Water Warrior

Growing up along the banks of the Ohio River in Evansville, Adam Ellenstein quickly found a comfort in the water. He remembers his grandmother Jeanne Ellenstein’s pool and swimming there as a child.

“I always have felt a real sense of center when I’m in the water,” says the University of Evansville graduate.

As an endurance athlete, 39-year-old Ellenstein has ran, biked, and swam in triathlons, Ironman series, and Ultraman competitions around the U.S. and Canada. This summer, he turned his attention to swimming — his favorite of the three disciplines — to complete a 105-kilometer (65-mile), nonstop swim across the length of Okanagan Lake, British Columbia. Called the Victory Swim 105, Ellenstein planned the excursion as a way to honor his aunt, Susan Scarlett, after her diagnosis of Parkinson’s disease in the fall of 2015.

“In partnership with an organization called The Davis Phinney Foundation, our goal was to raise awareness and support for those living with Parkinson’s,” says Ellenstein. “The question of could I swim the length of the lake was certainly a backdrop for those bigger purposes, bigger meanings that the swim took on.”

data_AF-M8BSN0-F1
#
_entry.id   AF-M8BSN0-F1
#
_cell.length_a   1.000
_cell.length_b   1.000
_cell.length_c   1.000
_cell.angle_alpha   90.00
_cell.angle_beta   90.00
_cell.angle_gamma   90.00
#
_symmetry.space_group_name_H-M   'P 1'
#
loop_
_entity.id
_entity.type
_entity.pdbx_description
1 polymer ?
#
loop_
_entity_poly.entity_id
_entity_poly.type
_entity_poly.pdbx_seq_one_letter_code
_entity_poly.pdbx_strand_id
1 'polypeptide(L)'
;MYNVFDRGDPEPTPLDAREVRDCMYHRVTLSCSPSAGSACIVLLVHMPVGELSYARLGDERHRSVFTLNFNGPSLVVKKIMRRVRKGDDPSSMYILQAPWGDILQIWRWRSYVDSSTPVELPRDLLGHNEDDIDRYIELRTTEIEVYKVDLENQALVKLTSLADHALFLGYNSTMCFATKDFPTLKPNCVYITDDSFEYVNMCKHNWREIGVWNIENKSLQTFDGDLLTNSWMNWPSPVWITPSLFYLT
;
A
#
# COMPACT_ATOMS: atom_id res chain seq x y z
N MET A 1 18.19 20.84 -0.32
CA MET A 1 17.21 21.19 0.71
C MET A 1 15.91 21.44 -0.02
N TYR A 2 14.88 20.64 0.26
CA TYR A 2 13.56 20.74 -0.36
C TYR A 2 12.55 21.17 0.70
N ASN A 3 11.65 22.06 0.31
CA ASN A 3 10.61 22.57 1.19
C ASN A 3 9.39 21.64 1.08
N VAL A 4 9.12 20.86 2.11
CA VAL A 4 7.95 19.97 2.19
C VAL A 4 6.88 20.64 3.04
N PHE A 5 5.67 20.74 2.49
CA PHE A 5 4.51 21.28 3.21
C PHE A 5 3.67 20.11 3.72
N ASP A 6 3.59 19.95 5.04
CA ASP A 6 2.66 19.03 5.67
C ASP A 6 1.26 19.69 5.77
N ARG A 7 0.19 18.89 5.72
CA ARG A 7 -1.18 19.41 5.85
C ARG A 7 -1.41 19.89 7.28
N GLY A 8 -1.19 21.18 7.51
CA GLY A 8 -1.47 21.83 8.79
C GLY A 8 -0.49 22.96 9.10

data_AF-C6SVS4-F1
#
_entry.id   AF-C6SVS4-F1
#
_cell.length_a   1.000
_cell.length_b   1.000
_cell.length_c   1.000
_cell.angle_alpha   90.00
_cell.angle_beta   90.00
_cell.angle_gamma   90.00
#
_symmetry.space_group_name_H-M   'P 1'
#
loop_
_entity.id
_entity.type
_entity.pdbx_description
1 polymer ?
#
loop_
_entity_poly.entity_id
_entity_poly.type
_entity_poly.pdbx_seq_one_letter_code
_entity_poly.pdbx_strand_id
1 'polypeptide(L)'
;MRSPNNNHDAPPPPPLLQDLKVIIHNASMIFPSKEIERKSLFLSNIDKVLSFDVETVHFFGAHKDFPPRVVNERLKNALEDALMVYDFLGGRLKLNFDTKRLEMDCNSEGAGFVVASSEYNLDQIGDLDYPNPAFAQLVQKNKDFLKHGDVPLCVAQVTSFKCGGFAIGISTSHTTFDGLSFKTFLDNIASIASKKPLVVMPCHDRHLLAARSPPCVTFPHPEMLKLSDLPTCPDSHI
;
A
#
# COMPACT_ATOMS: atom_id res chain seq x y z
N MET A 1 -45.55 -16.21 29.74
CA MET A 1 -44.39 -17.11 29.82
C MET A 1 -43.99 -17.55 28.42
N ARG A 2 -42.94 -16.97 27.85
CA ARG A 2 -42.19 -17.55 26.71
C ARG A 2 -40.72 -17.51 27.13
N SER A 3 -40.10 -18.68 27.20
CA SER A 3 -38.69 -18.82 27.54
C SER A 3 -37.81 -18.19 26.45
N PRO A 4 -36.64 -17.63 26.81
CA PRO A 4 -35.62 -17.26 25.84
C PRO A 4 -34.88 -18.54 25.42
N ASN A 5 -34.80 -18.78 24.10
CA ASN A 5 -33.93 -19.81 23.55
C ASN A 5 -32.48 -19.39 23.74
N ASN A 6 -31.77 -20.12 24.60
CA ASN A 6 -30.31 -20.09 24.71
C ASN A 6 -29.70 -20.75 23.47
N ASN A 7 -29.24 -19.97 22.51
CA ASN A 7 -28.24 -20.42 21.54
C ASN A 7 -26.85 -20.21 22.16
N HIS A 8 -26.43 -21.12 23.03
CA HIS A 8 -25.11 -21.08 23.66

In July, Ellenstein slipped into the waters of Okanagan Lake and began a 41-hour trek down the length of the lake — the first official Guinness World record of the fastest nonstop swim of the lake. Nestled in a valley by the same name, Okanagan is a place of extremes, he explains. Lined with mountains, it has been home to many athletic endurance challenges.

“It’s pristine in beauty,” says Ellenstein, “even more pristine in the quality, integrity, and friendliness of the people who live there.”

A crew of about 15 family members and friends — including his wife Amelia — provided Ellenstein support, nutrition, safety, and more during his time in the water. Following along in kayaks, pontoons, and a speedboat, they traveled the length of the lake with him. On his first day, when the waters were calm and the sun high, Scarlett also ventured into the lake and swam alongside her nephew.

“When I got to shore, everyone wanted to focus on me,” says Ellenstein, “but my happiness and satisfaction was more for the crew than for myself.”

For more information on Ellenstein and the Victory Swim 105, visit facebook.com/VictorySwim105.

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